Yeah! I started it around a year and a half ago. It’s been great but so busy! The tattooing and the t-shirt brand grew so rapidly that I was able to give my best friend a full-time job as my assistant. She manages the brand and all of my e-mails related to tattooing, which is such an unbelievably big help to me! It’s amazing to have someone I know so well, someone I really trust, handling all of that.
You get asked to tattoo a lot of words and phrases – are there any stories behind the designs that have really stuck out to you?
Yeah! There’s so many. I was at a tattoo convention in Brighton and a girl came in asking for this poem – I’ve forgotten who by, sadly. Whilst I was tattooing her, I asked her what the poem was about and why she’d decided to have it tattooed. Then, out of nowhere, her Mum showed up, spotted the tattoo and started crying. Turns out, it was this girl’s Dad’s favourite poem and it was the anniversary of his passing. The tattoo was actually a surprise for her Mum. I guess that one has really stuck with me! I just thought it was so lovely and sweet.
Are those your favourite tattoos to do?
All of the tattoos I do have the same sort of meaning to me, I enjoy all of them. Tattoos don’t always have to be so deep. If you really want to get an anchor tattooed, a million people have it, but it’s still personal to you. You get the tattoos you want for your own reasons. Sometimes I’ll just do the simplest of tattoos and they’ll also mean a lot in their own way. Perhaps it’ll be just one word or people will book in with me to get one tiny dot y’know. They just want to feel the experience and get something small that maybe not everyone knows about. I love that! I’ll always give people a full hour too, even if the tattoo takes five minutes, as I know some people love to just sit down and have a proper chat with me. I really believe that tattooing is all about the experience – making people feel comfortable and happy is so important. Some people that come will also bring drawings they’ve done of me with them!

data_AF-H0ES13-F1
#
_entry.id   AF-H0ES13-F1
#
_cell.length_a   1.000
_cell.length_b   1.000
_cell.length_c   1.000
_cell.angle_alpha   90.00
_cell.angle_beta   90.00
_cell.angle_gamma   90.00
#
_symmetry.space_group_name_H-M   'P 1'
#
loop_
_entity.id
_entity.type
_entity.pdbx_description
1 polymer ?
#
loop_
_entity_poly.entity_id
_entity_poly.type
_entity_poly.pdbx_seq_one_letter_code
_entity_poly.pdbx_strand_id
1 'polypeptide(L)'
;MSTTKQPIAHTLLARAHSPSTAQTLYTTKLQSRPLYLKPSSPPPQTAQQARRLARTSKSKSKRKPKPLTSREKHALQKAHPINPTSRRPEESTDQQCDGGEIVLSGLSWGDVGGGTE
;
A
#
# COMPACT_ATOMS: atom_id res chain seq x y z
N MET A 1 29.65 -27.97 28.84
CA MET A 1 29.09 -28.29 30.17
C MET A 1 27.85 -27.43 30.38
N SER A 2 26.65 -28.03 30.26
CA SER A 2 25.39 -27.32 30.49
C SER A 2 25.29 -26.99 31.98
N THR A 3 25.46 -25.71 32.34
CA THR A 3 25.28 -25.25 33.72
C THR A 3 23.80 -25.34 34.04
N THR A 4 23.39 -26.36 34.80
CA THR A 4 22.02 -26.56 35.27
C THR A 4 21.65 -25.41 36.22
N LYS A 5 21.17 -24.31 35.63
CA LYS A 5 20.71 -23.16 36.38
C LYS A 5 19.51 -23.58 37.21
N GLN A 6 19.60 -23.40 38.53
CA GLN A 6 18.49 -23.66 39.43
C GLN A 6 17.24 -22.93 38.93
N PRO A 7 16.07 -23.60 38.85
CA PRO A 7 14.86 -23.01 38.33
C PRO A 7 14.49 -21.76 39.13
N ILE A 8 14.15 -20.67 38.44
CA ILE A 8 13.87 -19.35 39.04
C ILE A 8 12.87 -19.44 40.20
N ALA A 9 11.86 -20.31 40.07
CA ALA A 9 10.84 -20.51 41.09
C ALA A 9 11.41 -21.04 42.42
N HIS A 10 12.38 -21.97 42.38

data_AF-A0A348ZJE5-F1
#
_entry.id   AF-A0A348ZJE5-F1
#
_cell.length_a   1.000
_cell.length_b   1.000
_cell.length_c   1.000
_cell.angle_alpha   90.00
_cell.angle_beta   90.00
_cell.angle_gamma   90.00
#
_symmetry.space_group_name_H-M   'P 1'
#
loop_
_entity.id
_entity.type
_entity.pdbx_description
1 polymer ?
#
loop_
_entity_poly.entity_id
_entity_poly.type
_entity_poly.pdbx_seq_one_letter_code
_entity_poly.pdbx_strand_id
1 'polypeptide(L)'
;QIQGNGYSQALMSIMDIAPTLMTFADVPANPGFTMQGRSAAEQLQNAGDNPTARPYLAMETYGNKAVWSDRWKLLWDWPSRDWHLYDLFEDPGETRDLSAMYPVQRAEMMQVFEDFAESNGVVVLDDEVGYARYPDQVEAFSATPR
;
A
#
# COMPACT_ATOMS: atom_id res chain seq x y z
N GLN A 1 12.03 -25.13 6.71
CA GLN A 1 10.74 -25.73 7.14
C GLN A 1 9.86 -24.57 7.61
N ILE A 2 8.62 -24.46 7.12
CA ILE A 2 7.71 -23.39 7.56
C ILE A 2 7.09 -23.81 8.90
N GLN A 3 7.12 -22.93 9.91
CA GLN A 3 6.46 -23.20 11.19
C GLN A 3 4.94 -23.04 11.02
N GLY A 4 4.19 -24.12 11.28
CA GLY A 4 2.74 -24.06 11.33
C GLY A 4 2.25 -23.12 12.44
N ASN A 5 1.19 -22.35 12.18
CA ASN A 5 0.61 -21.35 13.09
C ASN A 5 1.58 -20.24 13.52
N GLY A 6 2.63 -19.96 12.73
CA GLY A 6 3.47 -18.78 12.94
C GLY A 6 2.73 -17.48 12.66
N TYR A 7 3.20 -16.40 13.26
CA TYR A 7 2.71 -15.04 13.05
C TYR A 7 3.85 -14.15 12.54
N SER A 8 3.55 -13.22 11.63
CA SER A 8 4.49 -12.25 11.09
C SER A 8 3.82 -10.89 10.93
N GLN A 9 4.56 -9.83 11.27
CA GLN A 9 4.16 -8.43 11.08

You get fan art?!
[Laughs] Yeah! Someone in Austria actually got my face tattooed on them the other day. Others have got my name and my Instagram name tattooed on them. One guy has literally got ‘Patrick Bates’ tattooed on his hand. It’s pretty mad – I’ve never even met these people. I love it though, it’s nice! I never expected any of this.
That’s mad! What was the first thing you ever tattooed?
It was on myself actually. It was just a little ‘X’ on my foot.
And how many tattoos would you say you have now?
I’ve lost count of how many tattoos I’ve actually had in total, but I think I’ve had around 600 hours worth of work and I’m 6″7, so I’ve a lot more body than most people [laughs].
Oh wow, impressive! Do you have a favourite tattoo?